King of Fighters XIIESRB:
Platform: Xbox 360
Developer: SNK Playmore USA
Publisher: Ignition Entertainment
1-2 players/ 2-8 online
10MB game save
Arcade Stick Compatible
It’s nice and refreshing to see some of the great fighting games of old come into their own so many years later. To be honest 2009 is looking to be a hell of a good year for fighting games. With the likes of Street Fighter IV, BlazBlue, and even Tekken 6 slated to release this year; it's almost a fighting renaissance. The 90's are back, at least for fighting fans.
One franchise that really stood out in the 90's was SNK's King of Fighters. The KOF series was born from the ridiculously expensive and memory heavy Neo-Geo arcade machines. The game sat alongside the Street Fighter II cabinets and always had huge line-ups of gamers clamouring to reign fighting champion. I remember the cabinets being littered with used chewing gum and cigarette burns, as they saw hot and heavy use 24-7. The King of Fighters series has always been rather cliché but it has a hardcore following. It doesn't hurt that pretty much every King of Fighters has delivered beautiful 2D action with 3-on-3 fighting. Before Tekken Tag, or even the Capcom versus series of games, SNK was the first to bring multi-fighter matches to the home console and arcade. It is this tradition of ass kicking that fighting fans have been waiting for in SNK's newest entry in the series: King of Fighters XII.
To celebrate the 15th anniversary of the KOF series SNK has released a brand new entry onto next-generation systems. Covered in 100% hand drawn art and using brand new fighting mechanics, the new/old entry is dubbed as ambitious in the fighting genre as most fighting maniacs are still lining up for the rival SFII. These games are always fun for me, so I eagerly jumped in to see how the once mighty series fares in this era.
One of the tag lines for KOF is the new hand drawn art. Being that I am a bit of retro-art loving fellow I absolutely fell in love with the new game’s look. Right off the hop gamers will see gorgeous, colourful, and extremely vibrant graphics. I must admit it took me by surprise as the game is almost intoxicating as you take in the rich visuals. The characters have an absurd amount of detail in their movements, whether they are shifting into a crouch or punching and kicking out of a scrum and hammering another character. You can tell that there is a staggering amount of work put into each and every character and background (all hand drawn too as well).
With all this praise, I have to say that the beautiful art style does come at a price. On numerous occasions, whenever the camera zooms in close, the fighters become a little more pixelated than what the next-gen gamers are used too. The stills laud the game as being one of the smoothest looking games, and in the animation department it is, but the characters have more jagged edges than most of the newer and even remastered fighters (e.g. SFIIHD). While this is a by-product of the beautiful dot pixel art, it may turn off some newer and more fickle gamers. Overall, even though the characters don’t have the same polygonal polish as a SFIV, or even BlazBlue, I think most gamers can and should look past the pixels and realize the amazing amount of work that went into the movement that the characters accomplish.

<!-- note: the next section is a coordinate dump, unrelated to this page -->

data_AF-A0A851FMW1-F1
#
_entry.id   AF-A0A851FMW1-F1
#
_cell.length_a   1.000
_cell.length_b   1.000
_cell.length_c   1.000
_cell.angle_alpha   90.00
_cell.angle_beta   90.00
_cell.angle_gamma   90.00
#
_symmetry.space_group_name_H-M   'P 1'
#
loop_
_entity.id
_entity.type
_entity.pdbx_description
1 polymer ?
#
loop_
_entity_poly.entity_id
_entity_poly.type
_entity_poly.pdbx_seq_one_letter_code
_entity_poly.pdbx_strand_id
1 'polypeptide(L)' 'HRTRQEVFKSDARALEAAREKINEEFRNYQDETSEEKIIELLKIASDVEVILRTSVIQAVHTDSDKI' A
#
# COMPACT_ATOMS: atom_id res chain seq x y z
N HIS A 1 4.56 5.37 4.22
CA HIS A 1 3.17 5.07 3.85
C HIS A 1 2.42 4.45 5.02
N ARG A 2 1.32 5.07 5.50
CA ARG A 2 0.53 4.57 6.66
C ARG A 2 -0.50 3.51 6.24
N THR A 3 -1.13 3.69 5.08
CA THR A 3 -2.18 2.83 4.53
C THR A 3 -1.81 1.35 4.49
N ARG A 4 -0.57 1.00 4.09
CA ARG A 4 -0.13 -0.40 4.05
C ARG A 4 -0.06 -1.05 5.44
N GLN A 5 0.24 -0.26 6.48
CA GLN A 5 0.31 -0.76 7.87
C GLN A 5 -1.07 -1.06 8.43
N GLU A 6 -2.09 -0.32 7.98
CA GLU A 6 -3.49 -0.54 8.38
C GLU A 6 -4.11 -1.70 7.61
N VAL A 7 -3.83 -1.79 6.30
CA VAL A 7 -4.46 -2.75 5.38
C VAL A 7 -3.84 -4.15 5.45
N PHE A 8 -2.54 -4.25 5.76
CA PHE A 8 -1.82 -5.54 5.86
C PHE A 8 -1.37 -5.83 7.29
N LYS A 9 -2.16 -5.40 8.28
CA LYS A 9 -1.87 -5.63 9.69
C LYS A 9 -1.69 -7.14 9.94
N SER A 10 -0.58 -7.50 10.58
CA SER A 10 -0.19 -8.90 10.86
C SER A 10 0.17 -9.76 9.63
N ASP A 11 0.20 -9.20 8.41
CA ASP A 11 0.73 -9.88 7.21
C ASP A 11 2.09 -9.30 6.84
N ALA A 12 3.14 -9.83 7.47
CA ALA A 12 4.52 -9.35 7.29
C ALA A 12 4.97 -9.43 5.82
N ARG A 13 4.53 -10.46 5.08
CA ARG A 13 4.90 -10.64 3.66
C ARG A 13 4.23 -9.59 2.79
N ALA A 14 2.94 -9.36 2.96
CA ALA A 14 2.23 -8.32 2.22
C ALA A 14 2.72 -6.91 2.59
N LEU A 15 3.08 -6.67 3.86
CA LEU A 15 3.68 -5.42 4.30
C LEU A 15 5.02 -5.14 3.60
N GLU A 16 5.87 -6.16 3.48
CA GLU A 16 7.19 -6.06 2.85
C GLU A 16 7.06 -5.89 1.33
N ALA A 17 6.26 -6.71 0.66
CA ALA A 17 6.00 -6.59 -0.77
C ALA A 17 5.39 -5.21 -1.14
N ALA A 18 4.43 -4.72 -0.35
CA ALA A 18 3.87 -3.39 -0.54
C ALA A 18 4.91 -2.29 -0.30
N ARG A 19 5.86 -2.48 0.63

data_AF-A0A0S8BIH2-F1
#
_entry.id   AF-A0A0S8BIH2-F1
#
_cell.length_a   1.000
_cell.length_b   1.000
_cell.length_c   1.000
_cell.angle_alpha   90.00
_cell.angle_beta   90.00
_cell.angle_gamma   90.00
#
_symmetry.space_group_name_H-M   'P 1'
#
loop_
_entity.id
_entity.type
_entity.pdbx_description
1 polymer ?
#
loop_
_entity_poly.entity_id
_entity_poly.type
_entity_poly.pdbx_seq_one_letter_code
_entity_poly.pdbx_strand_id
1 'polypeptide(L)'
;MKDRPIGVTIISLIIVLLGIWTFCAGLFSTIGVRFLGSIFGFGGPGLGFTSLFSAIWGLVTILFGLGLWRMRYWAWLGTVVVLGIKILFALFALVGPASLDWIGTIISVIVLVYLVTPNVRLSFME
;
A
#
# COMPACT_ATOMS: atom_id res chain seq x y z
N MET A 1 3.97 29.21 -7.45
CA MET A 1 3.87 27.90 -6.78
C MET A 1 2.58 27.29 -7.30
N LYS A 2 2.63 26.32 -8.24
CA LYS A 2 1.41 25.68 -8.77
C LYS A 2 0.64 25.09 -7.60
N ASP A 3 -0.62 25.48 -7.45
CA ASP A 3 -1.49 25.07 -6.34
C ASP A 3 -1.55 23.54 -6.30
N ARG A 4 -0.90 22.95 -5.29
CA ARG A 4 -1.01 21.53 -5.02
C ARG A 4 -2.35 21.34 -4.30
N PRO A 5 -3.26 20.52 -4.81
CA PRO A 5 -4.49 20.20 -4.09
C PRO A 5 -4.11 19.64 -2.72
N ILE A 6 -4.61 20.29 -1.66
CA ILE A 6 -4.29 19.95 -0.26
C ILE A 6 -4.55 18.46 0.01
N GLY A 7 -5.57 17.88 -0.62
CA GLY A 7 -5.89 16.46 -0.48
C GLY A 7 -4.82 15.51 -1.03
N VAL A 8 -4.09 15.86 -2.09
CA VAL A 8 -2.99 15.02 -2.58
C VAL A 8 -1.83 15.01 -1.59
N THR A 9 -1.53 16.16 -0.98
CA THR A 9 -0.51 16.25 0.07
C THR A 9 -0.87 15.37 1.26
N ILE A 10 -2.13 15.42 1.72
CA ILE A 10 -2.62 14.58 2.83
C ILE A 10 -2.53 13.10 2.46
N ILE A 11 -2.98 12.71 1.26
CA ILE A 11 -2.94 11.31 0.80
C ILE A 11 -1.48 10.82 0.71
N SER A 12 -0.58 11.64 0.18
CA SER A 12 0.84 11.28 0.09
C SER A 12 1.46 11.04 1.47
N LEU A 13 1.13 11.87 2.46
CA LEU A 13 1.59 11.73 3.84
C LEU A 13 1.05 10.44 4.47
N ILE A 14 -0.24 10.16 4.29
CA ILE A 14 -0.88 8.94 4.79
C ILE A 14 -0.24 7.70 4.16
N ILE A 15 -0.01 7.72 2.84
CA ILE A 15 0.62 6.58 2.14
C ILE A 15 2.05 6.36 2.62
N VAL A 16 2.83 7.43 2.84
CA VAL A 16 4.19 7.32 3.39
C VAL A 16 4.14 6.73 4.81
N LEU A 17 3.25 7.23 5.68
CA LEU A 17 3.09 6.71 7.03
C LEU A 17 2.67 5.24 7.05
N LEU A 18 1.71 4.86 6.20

Technically, with all this animation you would think the framerate would take a header off the deep end, but the fact of the matter is that it does dip here and there, but amazingly enough it’s never too noticeable, and when it does happen it does not hinder gameplay. I did see the sign of pop-in but I really had to search for it, otherwise it was almost non-existent. The graphics engine took a very hard hit while online though, as the game chugged almost to a halt in some of the matches I played. I do think it was to do with the lag online and nothing to do with the graphics engine itself.
One other thing of note is the levels and stages in the game. SNK is known for some far out stages and the legacy continues with KOF XII. My personal favourite has to be the Egypt inspired temple. There are literally tons of mummies filling the screens foreground, it’s quite impressive. I think a lot of fans of the genre will appreciate the various levels designed for the game as they all add to the visual flair.
Gamers can look at the sounds of KOF XII in one of two ways. The first way is that some may feel as if the development team spent a bit too much time on how the game looks and moves while only lightly going over the game sound work. Everything is clearly audible, but it does lack some oomph. The music is somewhat forgettable and can really get on your nerves after some solid gameplay. The voice work is interesting, but it only serves as filler during matches and you could really do away with any or all of it. Other people, particularly those older gamers of yesteryear, will love the re-done re-mixed tracks of old. I felt the sounds instantly took me back to the old arcade days, and it left me feeling pretty good, even with all its cheese factored in I liked it.
I realize since this is an older series and the game feels re-done while the old soundtrack and sound effects are going to sound a bit funny and even perhaps a bit tinny by today’s standards. I think that is part of the allure for the game and it works very well. The game has an interesting feature in that you can switch the vocals for the characters from English to Japanese or vice versa. Each character is given their own personality, more so than one liners and intro speeches, because they are given more room to exhibit flair. It is a small reminder that the amount of work put into each character is obvious from the start.
For a fighting game to be good, and experience the kind of longevity that any games in the Street Fighter series have, they have to have a balance of entertaining controls and depth. KOF XII has easy and polished control in spades, but the game feels like someone mastered the yellow belt and stopped there. The drawback here is that there is not enough to keep players interested and there are so many borrowed elements that the KOF XII can feel like an endless game of been there, done that before. Unfortunately the overall combat feels completely average, and it is most obvious when compared to the stellar SFIV and or BlazBlue titles already on the market.